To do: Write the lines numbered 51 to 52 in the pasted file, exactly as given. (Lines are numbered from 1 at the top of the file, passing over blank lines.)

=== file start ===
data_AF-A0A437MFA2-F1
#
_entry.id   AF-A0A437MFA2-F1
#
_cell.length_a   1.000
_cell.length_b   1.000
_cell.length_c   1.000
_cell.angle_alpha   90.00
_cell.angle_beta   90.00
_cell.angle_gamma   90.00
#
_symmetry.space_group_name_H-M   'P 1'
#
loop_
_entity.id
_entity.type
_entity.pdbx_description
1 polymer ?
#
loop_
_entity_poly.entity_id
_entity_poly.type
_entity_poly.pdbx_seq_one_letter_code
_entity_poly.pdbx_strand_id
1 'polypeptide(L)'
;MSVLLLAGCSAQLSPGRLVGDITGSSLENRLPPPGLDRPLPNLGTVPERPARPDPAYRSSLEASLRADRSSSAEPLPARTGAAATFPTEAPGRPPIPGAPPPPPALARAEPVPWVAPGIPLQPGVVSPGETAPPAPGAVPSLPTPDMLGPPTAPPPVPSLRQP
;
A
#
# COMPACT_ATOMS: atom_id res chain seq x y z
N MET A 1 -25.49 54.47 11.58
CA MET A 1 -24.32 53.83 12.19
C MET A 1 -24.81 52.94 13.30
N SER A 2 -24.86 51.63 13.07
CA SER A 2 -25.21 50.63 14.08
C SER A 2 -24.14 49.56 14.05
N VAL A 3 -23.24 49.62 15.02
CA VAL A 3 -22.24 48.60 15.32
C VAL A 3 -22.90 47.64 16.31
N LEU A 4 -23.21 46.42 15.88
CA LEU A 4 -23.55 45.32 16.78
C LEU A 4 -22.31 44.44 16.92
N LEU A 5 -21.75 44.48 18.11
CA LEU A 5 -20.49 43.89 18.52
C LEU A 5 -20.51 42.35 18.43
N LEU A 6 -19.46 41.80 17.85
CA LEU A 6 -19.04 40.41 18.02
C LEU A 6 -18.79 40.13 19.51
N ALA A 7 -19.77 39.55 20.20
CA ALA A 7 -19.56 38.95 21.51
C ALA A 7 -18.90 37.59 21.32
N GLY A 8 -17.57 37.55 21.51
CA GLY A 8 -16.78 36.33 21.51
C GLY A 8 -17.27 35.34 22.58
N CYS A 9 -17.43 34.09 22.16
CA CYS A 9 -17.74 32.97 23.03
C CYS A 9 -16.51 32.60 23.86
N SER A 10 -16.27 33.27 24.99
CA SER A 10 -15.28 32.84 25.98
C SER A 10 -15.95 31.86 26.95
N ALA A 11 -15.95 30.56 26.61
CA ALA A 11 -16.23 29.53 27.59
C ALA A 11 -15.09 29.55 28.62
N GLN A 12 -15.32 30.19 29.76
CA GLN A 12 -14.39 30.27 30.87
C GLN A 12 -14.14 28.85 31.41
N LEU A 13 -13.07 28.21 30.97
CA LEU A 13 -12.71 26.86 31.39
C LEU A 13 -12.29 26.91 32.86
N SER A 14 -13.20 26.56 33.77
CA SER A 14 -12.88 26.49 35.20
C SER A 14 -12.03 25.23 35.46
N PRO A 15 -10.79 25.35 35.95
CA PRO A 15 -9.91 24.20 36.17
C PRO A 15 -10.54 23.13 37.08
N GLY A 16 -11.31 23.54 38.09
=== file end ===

C ALA A 7 -18.90 37.59 21.32
N GLY A 8 -17.57 37.55 21.51